Native North America's Hidden Musical History

Understanding aboriginal history through rare and largely unheard music.

Rhys Griffiths | Published in 16 Dec 2014

The Chieftones

Native North America (Vol. 1): Aboriginal Folk, Rock, and Country 1966–1985 is a 34-song anthology released in November by Light in the Attic Records, the Seattle-based label possibly best known in recent years for their Lee Hazlewood reissues.

The first volume in what will be a series dedicated to unearthing rare and largely unheard music by native American, Canadian and Mexican artists, it is compiled by ‘record archaeologist and curator’ Kevin “Sipreano” Howes, who introduces the project in his extensive liner notes thus:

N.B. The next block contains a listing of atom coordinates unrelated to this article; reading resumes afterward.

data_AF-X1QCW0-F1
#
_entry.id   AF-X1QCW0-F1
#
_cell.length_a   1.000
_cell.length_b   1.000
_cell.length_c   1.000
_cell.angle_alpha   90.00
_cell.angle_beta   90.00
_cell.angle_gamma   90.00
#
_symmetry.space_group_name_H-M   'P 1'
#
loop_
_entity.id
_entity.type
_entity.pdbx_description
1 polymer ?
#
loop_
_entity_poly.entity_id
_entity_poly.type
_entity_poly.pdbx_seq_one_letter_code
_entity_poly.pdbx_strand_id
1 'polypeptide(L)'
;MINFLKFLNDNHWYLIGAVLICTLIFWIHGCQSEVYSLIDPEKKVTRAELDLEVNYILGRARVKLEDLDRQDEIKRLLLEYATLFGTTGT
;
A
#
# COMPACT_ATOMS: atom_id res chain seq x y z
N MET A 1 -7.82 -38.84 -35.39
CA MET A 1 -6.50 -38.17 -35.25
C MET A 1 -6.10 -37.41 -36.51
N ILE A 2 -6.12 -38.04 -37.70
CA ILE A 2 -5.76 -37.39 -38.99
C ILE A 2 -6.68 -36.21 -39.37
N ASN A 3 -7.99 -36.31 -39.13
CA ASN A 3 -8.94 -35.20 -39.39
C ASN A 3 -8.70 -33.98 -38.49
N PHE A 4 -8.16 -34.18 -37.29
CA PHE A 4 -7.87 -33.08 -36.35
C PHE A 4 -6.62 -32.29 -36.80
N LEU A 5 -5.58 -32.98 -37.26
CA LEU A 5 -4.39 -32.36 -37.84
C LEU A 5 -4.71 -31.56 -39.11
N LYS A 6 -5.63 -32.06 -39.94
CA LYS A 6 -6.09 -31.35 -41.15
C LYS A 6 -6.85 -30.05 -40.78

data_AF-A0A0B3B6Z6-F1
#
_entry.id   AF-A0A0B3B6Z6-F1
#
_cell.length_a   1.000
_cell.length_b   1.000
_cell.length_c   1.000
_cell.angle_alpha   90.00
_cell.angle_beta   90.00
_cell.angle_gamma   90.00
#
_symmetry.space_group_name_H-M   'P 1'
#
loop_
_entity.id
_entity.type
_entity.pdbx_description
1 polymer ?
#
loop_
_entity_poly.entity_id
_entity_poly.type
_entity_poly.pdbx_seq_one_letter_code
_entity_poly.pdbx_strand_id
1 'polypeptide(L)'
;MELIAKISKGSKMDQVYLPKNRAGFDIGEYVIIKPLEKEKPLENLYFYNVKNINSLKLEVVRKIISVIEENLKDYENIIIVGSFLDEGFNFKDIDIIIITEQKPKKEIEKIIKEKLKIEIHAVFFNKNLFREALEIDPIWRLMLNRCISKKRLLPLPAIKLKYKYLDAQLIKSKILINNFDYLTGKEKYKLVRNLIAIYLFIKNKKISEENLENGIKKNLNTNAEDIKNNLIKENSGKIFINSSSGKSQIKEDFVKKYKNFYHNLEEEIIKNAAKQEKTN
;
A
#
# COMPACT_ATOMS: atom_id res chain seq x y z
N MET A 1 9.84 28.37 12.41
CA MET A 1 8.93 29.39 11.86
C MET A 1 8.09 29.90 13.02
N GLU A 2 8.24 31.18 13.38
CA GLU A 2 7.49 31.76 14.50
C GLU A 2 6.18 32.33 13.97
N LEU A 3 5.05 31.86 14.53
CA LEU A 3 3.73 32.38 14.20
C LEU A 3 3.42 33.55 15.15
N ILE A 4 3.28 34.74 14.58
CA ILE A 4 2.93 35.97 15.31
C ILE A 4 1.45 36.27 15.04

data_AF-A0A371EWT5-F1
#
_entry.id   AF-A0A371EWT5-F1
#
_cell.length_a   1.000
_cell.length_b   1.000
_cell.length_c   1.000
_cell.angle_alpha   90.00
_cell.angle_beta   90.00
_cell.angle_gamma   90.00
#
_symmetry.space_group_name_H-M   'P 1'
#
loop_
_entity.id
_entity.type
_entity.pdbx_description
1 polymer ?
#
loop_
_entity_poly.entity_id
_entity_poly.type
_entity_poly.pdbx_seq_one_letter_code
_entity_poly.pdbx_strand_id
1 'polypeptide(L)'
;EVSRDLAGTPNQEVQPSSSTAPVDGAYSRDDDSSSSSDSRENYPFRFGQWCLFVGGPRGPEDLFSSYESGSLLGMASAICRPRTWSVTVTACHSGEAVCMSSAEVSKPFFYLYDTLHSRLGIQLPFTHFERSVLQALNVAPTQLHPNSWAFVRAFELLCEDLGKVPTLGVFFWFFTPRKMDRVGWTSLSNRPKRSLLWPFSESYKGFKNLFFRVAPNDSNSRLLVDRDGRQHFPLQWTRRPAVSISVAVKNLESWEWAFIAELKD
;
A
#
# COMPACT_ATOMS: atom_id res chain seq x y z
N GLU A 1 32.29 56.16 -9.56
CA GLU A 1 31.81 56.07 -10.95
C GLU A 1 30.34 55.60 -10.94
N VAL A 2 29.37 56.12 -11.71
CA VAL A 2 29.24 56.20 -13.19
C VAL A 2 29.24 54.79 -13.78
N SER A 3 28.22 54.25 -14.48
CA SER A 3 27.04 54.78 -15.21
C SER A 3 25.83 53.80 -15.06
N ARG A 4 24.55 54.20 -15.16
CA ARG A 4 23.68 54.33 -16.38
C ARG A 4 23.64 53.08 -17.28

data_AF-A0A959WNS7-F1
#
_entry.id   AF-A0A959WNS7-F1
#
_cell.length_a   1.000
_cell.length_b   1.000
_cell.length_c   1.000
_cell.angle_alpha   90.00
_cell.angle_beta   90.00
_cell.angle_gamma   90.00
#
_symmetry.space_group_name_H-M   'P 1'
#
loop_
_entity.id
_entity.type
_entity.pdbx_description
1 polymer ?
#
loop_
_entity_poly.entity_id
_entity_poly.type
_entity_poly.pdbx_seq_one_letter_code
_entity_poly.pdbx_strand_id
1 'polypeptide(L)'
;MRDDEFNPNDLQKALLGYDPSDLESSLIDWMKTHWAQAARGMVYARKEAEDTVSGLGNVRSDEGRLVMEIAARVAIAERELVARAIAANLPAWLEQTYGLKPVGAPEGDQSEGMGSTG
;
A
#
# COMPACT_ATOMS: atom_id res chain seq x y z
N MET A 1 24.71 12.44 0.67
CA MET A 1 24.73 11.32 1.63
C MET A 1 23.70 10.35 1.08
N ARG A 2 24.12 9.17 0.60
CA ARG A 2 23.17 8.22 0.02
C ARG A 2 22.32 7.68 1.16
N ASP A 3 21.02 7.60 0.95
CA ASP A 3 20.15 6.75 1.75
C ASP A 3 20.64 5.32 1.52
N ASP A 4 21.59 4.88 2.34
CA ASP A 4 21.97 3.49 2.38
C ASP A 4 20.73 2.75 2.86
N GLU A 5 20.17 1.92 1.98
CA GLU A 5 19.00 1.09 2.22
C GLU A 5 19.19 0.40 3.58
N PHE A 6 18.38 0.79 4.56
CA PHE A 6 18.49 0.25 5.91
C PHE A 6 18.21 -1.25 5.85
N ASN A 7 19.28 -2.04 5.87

Beginning in the 1960s and well into the 1980s, a movement of Aboriginal musicians, artists, writers, and poets from across North America crafted a new blend of music: folk, country, rock, pop, blues, jazz, and classical, all reflected through their distinct cultural heritages. Despite the near-extinct nature of these recordings, it’s time they take their rightful place in our collective history.

Hidden histories, of course, are many, and all attempts to reveal them are to be revered. Howes spent 15 years searching record shops across Canada and the northern United States for rare vinyl to effectively excavate this music. The issue he raises regarding ‘collective history’, and particularly pop history, is pertinent, not least because the way in which it is created (and those who are its ‘gatekeepers’) is currently in flux.